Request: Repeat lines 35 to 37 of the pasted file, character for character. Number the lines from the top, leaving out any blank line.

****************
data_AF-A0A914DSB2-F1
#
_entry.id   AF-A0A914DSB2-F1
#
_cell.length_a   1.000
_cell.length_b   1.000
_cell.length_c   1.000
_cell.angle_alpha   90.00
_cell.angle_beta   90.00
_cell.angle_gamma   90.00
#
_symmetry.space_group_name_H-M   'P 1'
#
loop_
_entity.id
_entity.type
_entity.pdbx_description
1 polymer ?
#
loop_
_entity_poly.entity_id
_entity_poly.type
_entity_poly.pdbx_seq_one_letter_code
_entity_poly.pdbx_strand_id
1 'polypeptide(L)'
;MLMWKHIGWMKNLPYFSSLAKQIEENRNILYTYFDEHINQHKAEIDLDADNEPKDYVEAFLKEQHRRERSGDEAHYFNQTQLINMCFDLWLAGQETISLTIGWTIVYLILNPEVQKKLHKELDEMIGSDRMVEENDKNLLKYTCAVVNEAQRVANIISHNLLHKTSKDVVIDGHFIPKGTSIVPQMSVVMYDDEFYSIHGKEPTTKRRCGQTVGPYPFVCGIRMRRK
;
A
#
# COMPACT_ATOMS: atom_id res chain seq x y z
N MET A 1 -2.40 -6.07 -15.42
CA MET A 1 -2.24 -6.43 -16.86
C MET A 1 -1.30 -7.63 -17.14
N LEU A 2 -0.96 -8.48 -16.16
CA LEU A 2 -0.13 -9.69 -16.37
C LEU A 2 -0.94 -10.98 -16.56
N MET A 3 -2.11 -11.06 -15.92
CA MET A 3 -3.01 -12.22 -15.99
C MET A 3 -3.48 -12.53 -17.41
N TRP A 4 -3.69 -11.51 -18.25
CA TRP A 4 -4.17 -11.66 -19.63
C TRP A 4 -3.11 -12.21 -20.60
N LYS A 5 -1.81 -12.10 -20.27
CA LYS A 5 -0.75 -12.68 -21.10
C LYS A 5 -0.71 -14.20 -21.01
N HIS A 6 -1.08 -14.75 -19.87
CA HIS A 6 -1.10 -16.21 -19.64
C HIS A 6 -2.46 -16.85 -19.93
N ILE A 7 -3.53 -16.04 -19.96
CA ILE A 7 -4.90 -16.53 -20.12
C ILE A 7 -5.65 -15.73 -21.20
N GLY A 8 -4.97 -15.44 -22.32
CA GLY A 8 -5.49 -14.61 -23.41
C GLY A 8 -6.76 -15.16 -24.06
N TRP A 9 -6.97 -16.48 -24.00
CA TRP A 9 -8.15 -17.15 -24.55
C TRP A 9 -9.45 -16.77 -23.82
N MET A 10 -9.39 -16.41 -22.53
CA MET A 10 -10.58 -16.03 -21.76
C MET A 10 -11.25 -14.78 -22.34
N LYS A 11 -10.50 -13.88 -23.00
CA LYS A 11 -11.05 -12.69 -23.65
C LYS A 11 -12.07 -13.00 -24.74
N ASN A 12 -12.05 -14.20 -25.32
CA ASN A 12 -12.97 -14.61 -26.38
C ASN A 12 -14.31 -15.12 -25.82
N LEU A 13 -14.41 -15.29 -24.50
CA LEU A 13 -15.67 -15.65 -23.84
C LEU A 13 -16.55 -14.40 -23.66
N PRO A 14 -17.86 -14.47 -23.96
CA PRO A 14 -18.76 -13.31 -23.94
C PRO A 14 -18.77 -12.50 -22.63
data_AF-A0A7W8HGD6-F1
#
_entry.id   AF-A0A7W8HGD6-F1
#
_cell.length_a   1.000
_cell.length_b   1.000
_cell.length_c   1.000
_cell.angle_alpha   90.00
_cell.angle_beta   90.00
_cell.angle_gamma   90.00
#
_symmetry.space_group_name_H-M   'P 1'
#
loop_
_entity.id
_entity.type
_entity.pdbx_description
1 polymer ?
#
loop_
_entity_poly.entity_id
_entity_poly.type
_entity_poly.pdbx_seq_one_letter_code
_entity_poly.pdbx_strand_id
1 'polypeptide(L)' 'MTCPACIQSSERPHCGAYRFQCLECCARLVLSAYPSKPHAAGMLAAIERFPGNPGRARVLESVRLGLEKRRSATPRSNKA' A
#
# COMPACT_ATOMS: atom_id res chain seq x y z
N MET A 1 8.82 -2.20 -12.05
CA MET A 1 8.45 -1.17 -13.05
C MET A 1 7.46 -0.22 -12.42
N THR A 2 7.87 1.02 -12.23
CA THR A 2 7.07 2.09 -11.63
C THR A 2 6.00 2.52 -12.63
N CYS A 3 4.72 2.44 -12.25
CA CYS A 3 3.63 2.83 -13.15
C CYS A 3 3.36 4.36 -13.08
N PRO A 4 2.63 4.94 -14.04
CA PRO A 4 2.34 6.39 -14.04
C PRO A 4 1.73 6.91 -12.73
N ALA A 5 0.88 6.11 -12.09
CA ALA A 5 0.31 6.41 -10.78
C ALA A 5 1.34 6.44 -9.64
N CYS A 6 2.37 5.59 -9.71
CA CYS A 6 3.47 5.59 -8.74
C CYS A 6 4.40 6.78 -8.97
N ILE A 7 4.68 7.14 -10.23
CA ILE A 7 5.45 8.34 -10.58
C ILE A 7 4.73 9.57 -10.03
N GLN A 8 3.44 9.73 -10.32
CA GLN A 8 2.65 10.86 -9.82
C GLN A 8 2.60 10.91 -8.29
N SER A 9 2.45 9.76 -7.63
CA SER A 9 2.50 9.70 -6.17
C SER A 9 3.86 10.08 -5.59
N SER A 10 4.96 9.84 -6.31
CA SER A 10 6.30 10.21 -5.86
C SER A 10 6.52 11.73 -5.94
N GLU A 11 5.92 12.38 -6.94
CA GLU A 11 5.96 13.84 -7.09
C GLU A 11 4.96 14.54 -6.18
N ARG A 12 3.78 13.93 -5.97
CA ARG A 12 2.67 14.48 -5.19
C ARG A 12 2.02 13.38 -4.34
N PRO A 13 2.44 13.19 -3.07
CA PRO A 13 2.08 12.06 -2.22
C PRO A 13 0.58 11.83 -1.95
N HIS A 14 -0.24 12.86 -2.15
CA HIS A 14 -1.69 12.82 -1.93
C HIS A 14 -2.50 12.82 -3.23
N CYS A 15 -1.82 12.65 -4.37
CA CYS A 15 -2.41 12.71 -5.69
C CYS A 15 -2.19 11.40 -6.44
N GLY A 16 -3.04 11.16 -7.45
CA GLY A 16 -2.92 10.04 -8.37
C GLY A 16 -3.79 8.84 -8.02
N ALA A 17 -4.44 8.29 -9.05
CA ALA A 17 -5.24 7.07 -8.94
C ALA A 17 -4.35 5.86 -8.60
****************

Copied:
CA LEU A 2 -0.13 -9.69 -16.37
C LEU A 2 -0.94 -10.98 -16.56
N MET A 3 -2.11 -11.06 -15.92